Injuries extended back over several duty ships

Edward Arthur worked as a merchant seaman when he sustained injuries on four different ships. He sued his employers, Maersk, Inc., and Dyn Marine Services of Virginia Inc., for negligence under the Jones Act, also referred to as the Merchant Marine Act of 1920. Later, Arthur realized that these companies operated as agents of the United States Navy, with the United States being the only proper defendant in the lawsuit. Arthur was granted leave to file an amended complaint, naming the United States as the responsible party, requesting that this new claim would relate back to the claim he initially made as to avoid a statute of limitations bar. The District Court denied his request on the ground that Arthur delayed in seeking leave to amend the complaint.

During his time on these ships, between May 1999 and December 2000, he suffered injuries to his knees on multiple occasions. In May 1999, one of the first injuries he received happened during a lifeboat inspection when the ship, the “U.S.N.S. Stalwart Tagos-1,” rolled — tilted unexpectedly from its bow to stern. He received a similar injury in October of the same year on the “U.S.N.S. Capable.” After one more knee injury on the “U.S.N.S. Littlehales” and further aggravating his injuries by performing other tasks on the “U.S.N.S. Assertive,” he was rendered incapable of continuing his work.

Met the two-year statute of limitations for his recent injuries

Arthur commenced a civil action lawsuit in May 2002, two years after his first injury but less than two year after he sustained injuries on the Assertive, within the proper time frame of the statute of limitations. Arthur stated the companies failed to maintain the decks that resulted in his injuries and raised claims of unseaworthiness and for maintenance and cure.

After the complaint was served and answers were filed by September 2002, a status conference was held in October 2002, where the Public Vessels Act was explored in greater detail after Maersk and Dyn Marine brought it to the court’s attention. The Public Vessels Act permitted legal action against the United States for damages caused by a vessel owned by the U.S. In the case presented here, Maersk and Dyn Marine presented their stance that the U.S. Navy was in fact responsible for Arthur’s injuries, and they were not held liable because they didn’t own the ships.

The District Court urged them to file motions within ten days to address the issue they presented and avoid the costs of litigation. Neither company filed in a timely manner: Dyn Marine didn’t procure the required copy of the operational contract between the company and the Navy and Maersk didn’t make its disclosures until December 2002. These disclosures didn’t reach Arthur’s lead counsel until mid-December. Arthur wasn’t able to file a motion to stay proceedings until February 2003, where his lead counsel said the contracts were not disclosed in a timely manner and that additional time was required to determine whether the contracts supported the defense.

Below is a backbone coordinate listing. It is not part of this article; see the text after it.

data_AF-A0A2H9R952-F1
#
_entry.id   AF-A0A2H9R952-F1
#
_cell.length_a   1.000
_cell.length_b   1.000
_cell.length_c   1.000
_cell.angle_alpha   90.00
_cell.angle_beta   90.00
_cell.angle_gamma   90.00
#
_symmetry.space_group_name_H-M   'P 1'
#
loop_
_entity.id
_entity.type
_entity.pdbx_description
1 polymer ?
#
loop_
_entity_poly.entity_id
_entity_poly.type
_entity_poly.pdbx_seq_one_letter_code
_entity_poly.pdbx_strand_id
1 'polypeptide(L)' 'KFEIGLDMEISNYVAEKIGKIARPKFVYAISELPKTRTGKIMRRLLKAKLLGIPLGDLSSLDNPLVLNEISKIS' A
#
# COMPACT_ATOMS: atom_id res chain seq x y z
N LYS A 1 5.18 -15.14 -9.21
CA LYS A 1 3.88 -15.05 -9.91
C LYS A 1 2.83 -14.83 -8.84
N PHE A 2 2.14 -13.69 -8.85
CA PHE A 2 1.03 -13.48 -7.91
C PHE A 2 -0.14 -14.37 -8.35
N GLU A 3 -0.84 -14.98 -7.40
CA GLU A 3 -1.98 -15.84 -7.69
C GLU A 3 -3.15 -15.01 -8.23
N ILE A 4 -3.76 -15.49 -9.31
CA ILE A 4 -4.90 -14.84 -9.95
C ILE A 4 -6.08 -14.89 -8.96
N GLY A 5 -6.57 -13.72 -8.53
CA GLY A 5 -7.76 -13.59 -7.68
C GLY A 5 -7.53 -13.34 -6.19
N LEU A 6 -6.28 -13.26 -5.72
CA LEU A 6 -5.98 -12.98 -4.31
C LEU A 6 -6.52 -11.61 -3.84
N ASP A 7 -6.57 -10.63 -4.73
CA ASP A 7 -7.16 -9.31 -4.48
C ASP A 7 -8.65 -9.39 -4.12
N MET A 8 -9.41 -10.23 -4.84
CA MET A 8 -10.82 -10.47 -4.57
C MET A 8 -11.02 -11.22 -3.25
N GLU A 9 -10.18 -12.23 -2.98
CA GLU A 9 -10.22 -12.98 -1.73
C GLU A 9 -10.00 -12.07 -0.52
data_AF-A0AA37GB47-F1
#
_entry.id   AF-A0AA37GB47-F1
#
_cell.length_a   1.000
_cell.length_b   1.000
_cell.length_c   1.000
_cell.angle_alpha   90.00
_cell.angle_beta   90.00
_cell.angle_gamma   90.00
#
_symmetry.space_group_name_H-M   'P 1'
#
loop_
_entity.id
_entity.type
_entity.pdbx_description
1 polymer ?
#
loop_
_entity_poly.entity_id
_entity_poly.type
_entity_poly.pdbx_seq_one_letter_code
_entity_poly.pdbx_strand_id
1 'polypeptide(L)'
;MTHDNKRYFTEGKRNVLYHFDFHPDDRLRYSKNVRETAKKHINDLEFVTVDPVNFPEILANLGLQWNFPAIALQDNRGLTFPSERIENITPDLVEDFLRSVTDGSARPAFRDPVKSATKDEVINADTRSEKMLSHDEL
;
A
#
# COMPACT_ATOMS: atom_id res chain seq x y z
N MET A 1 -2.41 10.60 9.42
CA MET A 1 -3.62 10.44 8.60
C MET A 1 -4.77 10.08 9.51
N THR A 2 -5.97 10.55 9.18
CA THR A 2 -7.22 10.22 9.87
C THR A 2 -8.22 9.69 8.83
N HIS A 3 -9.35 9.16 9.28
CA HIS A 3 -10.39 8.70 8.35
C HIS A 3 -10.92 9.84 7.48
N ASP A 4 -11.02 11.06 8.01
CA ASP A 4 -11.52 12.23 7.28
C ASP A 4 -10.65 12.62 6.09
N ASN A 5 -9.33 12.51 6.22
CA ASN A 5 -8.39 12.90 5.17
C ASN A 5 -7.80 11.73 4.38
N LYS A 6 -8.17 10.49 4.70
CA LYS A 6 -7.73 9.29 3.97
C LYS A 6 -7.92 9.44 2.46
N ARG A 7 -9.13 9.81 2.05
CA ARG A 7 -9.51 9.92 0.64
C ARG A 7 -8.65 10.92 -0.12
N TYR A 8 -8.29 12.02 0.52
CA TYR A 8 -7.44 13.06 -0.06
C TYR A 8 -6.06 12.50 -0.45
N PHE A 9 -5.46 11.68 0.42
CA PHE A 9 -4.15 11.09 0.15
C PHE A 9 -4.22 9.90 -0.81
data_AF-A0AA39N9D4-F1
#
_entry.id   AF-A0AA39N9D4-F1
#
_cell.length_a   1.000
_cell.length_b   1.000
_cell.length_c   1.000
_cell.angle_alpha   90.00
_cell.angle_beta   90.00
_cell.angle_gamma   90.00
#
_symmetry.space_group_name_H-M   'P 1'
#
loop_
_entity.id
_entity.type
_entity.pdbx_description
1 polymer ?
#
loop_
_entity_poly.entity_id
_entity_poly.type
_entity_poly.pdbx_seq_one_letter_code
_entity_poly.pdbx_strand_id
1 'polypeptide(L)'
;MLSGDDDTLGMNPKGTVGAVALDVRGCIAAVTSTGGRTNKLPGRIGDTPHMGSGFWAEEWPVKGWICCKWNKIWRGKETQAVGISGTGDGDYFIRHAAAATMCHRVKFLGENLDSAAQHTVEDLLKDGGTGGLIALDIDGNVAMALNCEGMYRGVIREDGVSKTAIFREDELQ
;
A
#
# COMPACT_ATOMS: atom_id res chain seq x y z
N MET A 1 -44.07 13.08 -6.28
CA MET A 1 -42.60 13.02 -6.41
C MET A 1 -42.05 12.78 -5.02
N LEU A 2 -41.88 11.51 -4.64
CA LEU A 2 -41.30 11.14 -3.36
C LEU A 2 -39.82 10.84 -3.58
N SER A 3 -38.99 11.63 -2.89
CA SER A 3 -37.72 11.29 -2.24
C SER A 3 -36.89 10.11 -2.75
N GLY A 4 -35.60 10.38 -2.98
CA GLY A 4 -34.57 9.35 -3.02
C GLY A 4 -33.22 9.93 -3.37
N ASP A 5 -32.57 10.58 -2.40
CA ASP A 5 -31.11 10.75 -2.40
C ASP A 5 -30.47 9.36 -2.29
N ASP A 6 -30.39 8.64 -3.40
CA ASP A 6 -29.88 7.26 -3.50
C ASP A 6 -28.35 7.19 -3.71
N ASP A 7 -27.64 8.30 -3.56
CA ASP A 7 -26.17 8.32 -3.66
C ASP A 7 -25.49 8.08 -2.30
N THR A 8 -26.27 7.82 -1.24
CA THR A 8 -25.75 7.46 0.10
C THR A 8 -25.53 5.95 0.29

When the United States received notice of the action filed against it, Arthur filed a motion for leave to amend in April 2003, to continue the case with the U.S. as the new defendant. The amended complaint repeated the allegations stated in the previous complaint, but the U.S. filed a motion to dismiss the complaint because it wasn’t filed within the two-year statute of limitations. The Court approved the motion and denied Arthur’s claim, even though Arthur’s original claim was made back in 2002.

Should the seaman have known the Navy owned the ship?

Courts argued that Arthur, “as an experienced seaman,” should have been aware that the Navy owned the ship in the first place and that he had no excuse to wait as long as he did (January 2003-April 2003) to continue his lawsuit.

If someone is injured at sea, it’s important for them to seek the assistance of an experience maritime attorney who can inform them of their legal rights and ensure the statute of limitations time frame hasn’t been missed.

Why it is important to hire an experienced maritime law attorney

This case demonstrates that injury cases filed under the Jones Act are not always clear cut. Having an experienced Admiralty Law attorney can make the difference between a successful case or appealing a denied claim. In Florida, turn to Barnes Trial Group maritime law attorneys in Tampa. We represent clients in Jones Act injury claims cases worldwide.